But within the material here, there is a lot of implicit critique of that in the stories of the artists themselves, or of non-authoritative thinkers on the subject, mainly Stephen Kirin and John Holt. (The latter is a priest, which does not preclude him from saying something interesting, but the fact that he is "openmindedly" given space without even an editorial discussion about the fact, again shows that Patricide does not struggle anymore to be a surrealist journal.) Surrealists Renay Kerkman, Shibek and Martin Marriott contextualise the concept a bit. Tony Convey says "Outside art has spawned a new academy with its own Popes, Bishops and Gatekeepers". Indeed, and the editor doesn't mind boosting their positions further.
Of course, the plethora of artists, journals, exhibitions and museums of outsider art, art brut, insane art, autodidactic art, folk art, etc, show us a lot of magnificent stuff, teach us a lot about creative practice and about the human condition and about imaginative and social possibilities and about the world. The major problem with advertising it is that there is nothing particular to advertise: this is of course what art is really about – these are not some new and cool artists to highlight, they are not the representatives of a particular style or movement that merit recognition: they are simply artists, like the rest of us, with a moving and inspiring vision or not...
By rhetorical necessity, acknowledging art brut when you are in the art world (as for example an academic art historian or a salesman) cannot mean to give it a polemical edge against educated and conventional art, because that would mean eventually sawing off the branch on which one is sitting, so instead it must be about claiming it must get the recognition it earns within the art connections, that is being reintegrated, and accepted in official art with the values, standards and criteria of official art basically unchanged. And very much of the recognition is specifically about giving this kind of art its share of the art market, having art dealers specialising in the works of these actually innovative, imaginative and obsessed people. Hooray, their works became commodities too! This integrative art reformism is clearly different from a surrealist perspective.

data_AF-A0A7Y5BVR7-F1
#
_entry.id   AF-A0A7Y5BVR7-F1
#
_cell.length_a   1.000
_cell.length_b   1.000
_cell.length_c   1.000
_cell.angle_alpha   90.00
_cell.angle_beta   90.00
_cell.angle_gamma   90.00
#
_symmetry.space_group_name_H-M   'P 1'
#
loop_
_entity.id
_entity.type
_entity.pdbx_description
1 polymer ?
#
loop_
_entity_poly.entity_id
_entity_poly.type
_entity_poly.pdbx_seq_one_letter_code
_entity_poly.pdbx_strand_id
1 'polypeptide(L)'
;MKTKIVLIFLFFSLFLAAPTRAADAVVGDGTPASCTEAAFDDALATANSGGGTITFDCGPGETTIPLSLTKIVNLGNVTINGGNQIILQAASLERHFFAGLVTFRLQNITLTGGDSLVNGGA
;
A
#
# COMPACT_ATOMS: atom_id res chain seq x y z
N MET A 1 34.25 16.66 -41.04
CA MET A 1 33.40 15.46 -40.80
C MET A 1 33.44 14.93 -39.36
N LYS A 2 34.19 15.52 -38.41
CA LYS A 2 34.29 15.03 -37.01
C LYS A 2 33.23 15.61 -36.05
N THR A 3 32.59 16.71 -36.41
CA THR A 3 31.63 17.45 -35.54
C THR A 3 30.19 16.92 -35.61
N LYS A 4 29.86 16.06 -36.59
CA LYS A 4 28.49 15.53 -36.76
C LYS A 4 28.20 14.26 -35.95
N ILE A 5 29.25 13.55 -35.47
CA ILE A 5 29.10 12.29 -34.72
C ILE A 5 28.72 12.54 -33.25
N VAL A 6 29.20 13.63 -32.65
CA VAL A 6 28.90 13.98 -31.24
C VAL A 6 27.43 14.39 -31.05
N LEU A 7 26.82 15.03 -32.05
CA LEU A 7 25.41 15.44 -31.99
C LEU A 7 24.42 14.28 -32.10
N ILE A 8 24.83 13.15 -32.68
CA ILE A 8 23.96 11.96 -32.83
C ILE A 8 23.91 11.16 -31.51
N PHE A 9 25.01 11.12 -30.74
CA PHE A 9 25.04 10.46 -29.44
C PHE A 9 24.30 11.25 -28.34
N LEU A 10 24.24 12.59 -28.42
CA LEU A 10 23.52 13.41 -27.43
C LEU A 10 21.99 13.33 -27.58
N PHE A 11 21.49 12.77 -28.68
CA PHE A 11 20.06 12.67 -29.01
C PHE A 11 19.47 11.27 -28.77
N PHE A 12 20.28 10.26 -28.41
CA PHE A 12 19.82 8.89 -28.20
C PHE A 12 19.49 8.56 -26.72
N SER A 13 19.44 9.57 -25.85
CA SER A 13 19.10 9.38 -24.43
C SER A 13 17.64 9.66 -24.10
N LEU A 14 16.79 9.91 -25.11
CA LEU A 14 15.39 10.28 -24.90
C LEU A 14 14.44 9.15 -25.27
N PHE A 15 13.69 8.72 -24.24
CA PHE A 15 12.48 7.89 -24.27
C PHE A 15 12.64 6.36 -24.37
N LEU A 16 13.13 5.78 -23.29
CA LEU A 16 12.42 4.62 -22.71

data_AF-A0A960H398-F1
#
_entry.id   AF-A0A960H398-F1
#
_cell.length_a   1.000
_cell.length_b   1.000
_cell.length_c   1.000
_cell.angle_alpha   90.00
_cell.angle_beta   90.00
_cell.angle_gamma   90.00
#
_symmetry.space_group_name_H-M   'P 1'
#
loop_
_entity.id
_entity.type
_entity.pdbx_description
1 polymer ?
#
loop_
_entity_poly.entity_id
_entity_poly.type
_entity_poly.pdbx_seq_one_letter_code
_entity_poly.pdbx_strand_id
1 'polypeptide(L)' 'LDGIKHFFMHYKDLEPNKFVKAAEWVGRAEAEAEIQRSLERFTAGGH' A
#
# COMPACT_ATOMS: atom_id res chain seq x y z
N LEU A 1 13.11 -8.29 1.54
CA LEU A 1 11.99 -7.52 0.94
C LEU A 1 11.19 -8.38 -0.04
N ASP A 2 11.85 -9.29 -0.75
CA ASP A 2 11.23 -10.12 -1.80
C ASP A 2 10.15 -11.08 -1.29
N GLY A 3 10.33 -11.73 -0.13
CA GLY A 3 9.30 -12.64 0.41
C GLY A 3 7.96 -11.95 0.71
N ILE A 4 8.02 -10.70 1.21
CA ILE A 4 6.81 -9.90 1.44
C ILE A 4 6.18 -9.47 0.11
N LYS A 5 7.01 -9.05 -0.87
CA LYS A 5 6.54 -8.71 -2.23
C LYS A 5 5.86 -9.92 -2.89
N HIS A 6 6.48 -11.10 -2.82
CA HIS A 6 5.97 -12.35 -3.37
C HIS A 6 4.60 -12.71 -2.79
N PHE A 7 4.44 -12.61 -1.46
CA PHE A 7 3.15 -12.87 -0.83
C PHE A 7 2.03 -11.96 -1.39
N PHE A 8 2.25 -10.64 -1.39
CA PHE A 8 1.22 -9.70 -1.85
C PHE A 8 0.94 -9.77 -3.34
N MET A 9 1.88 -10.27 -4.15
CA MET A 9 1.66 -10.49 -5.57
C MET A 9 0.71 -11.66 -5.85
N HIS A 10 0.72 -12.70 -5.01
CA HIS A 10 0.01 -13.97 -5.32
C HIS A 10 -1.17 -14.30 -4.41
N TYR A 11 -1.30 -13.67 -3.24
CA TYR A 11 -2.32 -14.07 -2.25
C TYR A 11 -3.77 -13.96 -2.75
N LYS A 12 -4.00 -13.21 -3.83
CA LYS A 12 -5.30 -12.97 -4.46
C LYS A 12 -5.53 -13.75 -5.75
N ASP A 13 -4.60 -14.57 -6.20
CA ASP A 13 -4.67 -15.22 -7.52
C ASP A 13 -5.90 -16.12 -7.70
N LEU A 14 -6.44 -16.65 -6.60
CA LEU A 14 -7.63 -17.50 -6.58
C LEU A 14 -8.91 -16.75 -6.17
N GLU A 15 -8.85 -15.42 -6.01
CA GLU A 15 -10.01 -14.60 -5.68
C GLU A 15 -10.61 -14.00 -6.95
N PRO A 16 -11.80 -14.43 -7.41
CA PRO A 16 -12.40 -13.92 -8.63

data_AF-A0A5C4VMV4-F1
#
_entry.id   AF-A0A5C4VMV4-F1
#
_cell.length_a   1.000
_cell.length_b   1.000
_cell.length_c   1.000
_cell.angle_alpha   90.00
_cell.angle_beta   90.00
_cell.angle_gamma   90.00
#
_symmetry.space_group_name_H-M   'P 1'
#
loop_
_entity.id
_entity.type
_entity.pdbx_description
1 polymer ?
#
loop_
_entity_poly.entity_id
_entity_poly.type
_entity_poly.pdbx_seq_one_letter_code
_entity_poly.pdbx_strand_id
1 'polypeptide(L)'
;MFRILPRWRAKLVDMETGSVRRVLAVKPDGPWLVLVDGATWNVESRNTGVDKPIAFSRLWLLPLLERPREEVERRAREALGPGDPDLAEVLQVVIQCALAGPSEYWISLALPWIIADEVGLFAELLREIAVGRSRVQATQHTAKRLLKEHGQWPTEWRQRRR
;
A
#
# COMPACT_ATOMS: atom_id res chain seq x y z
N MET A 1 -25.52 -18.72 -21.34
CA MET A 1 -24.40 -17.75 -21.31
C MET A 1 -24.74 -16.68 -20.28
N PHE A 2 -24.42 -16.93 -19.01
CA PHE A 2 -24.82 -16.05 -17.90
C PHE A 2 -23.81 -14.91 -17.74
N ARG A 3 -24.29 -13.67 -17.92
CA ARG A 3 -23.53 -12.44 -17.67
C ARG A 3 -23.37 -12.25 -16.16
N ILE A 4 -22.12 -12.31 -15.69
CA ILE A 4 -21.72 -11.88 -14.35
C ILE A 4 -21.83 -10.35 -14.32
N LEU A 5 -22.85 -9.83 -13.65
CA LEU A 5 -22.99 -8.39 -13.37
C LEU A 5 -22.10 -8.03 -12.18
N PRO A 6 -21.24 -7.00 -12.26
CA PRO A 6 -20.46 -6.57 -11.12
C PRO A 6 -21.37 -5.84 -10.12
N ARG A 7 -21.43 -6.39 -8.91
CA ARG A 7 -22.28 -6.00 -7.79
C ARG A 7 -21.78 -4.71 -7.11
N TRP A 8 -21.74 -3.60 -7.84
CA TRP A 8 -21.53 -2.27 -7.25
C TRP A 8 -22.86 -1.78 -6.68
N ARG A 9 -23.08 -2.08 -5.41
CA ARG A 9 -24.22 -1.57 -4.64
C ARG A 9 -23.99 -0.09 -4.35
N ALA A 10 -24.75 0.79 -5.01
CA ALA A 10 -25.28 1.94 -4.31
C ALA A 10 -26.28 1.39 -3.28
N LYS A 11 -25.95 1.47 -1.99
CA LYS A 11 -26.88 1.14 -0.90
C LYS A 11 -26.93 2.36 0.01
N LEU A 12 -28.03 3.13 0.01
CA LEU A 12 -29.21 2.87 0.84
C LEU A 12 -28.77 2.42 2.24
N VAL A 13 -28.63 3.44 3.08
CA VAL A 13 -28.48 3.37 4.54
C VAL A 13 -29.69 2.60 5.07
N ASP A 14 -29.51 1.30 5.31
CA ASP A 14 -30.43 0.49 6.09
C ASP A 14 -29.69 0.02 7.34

A surrealist perspective would instead point at this as a sphere which cannot be separated from what we all are doing, and while recognising many of the most striking and moving creators coming from this angle as heroic and inspiring examples, maintaining this not as example doing good in the competition, but rather as propulsing a devastating critique of the largely stifling imagination-less prestige-driven narrow boring spectacle offered by official art! And resuming the old slogan, it is not the outsiders that need to get in (into the museums, the art market, the art history books etc) but the insiders that need to get out...
By the way, the Hayward show is really interesting, having a somewhat unusual focus on physics, mathematics and architecture. The cathedral paintings of Marcel Storr, the beautiful utopian dollhouses of Bodys Isek Kingelez, the exquisite junk sculpture of Emery Blagdon, the automatic painting of Guo Fengyi. The poor man's Bellmer, doll fetishist Morton Bartlett, wasn't as spectacular as the advertisements wanted. Strangely enough, by Lee Godie only her photobooth self-portraits, and by Eugene von Bruenchenhein only his portaits of his wife and not at all his marvellous paintings. This is probably an expression of a will to show how "outsider" artists indulge in all kinds of media/technologies rather than just keep drawing/painting. But we knew that, didn't we? And isn't there are particular point with the very unprejudicedness about the medium that many artists display: even if they have a preferred medium for their daily obsession, they are remarkably openminded about utilising whatever materials is at hand for similar expressions that may look entirely different but sprout from the same urge (again, just like surrealists...). There is also an appendigial show at the Hayward by The Museum of Everything of beautiful works by Sri Nek Chand Saini from his vast sculpture garden in India.
|Painting by Tony Convey|